In partnership with Alianza Spartanburg (previously the Hispanic Alliance Spartanburg) and the PASOs site in Spartanburg, the Unitarian Universalist Church of Spartanburg has established a fund to provide direct assistance to individuals and families who will not receive federal assistance through the CARES Act because of their immigration status—even though they pay taxes. Even if only one family member is out of status, no one in the family will receive funds—even children who are US citizens. You may give to this fund here: https://uucs.org/support-our-immigrants/
What is happening?
Scott: We were invited to interview one another for this series, because of a collaboration we are a part of to support the Latinx immigrant community in Spartanburg County during the pandemic. I am grateful for the collaboration and for what has happened through it, and for the chance to reflect on that.
To start, would you just detail some of what is happening in the Latinx community because of the pandemic? You know and see so much.
Natalia: Latinx immigrants are disproportionately impacted by the COVID-19 crisis. Many Latinx immigrants are essential workers in construction, on farms, at restaurants and meat-packing facilities. We often hear the words, “when the pandemic hit.” I see the COVID-19 crisis hitting the Latinx immigrant community from all sides.
When schools, businesses, and organizations first shut down in Spartanburg, when many of us remained in our homes, sheltering from the virus, others in our immigrant community remained on the job, and therefore, were exposed to the virus in disproportionate ways. We now see this in data from DHEC. The Latinx population in the state is 6%, but three weeks ago, 12% of total COVID-19 cases were Latinx individuals. And, in Greenville, where the Latinx population is 10%, 30% of all cases in the month of May were from the Latinx community. In Greenville County and Spartanburg County, the Latinx community has the highest percentage of residents without health insurance. What does this lack of insurance mean for those who are contracting the virus? Where do they access healthcare and is healthcare available in their language? Do they access healthcare at all? Greater exposure to the virus and limitations to accessing healthcare are just two ways the Latinx community is being disproportionately hit by the pandemic.
Scott: I remember when you first brought this to my attention, and some of the stories you shared.
Natalia: Yes, there are many stories of individuals and families being impacted. And all the data represents these stories. Another impact seems counterintuitive, but is borne out in the data. Although many Latinx immigrants are essential workers, they have been disproportionately impacted by COVID-19 due to job loss. Across the US, 49% of Latinos say they have had to take a pay cut or lost a job—or both—because of COVID-19. That compares to 33% of all US adults, according to the Pew Research Center. When they are hit with unemployment, what support is available?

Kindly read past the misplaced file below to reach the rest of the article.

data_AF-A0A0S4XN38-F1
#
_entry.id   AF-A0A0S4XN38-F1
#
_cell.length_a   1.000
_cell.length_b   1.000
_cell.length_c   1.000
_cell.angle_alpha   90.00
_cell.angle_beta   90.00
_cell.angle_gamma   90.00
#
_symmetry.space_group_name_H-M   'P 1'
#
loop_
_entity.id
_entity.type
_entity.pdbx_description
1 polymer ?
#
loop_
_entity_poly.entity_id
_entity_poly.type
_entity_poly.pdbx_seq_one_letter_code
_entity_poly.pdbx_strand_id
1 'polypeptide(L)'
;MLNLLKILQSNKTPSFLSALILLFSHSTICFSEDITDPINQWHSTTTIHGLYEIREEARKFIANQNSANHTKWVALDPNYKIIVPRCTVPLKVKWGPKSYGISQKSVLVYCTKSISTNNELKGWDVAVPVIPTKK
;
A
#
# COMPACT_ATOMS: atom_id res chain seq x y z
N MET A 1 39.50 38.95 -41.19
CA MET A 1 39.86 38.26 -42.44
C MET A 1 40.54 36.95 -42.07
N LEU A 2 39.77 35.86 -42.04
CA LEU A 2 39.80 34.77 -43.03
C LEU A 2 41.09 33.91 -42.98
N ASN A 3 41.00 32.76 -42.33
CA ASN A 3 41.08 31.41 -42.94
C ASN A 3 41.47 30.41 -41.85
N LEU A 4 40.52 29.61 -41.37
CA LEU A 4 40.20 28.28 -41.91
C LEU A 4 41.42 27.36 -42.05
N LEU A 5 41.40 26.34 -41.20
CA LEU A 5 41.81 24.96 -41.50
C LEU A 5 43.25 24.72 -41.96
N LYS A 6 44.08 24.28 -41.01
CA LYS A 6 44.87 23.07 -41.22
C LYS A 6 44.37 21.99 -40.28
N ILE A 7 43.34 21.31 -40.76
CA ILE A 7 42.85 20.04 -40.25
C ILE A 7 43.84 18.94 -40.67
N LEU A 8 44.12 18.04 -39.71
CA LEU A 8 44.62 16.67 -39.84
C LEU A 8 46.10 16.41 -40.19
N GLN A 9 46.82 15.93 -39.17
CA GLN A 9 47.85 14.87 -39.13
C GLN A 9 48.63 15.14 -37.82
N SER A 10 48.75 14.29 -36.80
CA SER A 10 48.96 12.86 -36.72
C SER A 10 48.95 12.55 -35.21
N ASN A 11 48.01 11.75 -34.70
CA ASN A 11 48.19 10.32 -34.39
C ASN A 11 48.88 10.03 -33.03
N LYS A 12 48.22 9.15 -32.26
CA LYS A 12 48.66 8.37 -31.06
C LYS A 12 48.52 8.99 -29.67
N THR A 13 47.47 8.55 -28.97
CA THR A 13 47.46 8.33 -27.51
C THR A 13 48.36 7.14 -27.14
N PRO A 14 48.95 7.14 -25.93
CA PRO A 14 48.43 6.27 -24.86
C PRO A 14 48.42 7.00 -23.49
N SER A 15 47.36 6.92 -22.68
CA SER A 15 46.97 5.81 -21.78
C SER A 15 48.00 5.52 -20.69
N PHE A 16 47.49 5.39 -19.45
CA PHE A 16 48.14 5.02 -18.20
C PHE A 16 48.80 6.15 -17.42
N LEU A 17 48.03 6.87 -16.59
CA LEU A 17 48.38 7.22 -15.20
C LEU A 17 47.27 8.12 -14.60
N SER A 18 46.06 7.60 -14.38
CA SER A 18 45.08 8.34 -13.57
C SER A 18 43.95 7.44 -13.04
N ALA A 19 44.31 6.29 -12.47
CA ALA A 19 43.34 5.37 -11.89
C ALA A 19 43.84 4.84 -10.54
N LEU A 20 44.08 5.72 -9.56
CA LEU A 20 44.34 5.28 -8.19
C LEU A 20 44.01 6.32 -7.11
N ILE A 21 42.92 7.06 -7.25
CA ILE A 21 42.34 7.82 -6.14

Scott: When we first started to talk about what was happening, one of the leaders of Alianza Spartanburg (previously the Hispanic Alliance Spartanburg) informed me of the lack of federal financial support planned for people working in the US without citizenship status, despite their essential role to our economy—always, and especially during the pandemic. These are taxpayers and we depend on their labor, but we were not going to provide them with any national support. The neglect of what these individuals and families would face during a severe economic downturn seemed unwise and deliberate to me.
Natalia: It does seem deliberate when, in SC, immigrant households paid $2.1 billion in local, state and federal taxes in 2018. That same year, undocumented households paid $160.2 million in taxes in the state. Nevertheless, many of these households have been left out of the federal COVID-19 financial packages. If any adult member of a household does not have a Social Security number, then no one in that home is eligible for a stimulus check under the federal CARES Act—even if the other members of the household are US citizens.
Scott: Including children who are US citizens, but who have one parent in the home who is not—no one in the home will receive assistance under the CARES Act.
Natalia: Not only is the Latinx immigrant community being impacted disproportionately in terms of infection rates and job loss, but immigrants are also being left out of the federal aid package.
What can we do?
Scott: Why treat people we depend on that way? Why treat anyone that way? Is that how we would want to be treated ourselves?
Natalia: Exactly. So, I can share what some of us did in response, hoping that it will inspire others to respond as well.
Scott: When I first heard about what was happening, I was infuriated. I was grateful when your team suggested a way to engage, to help.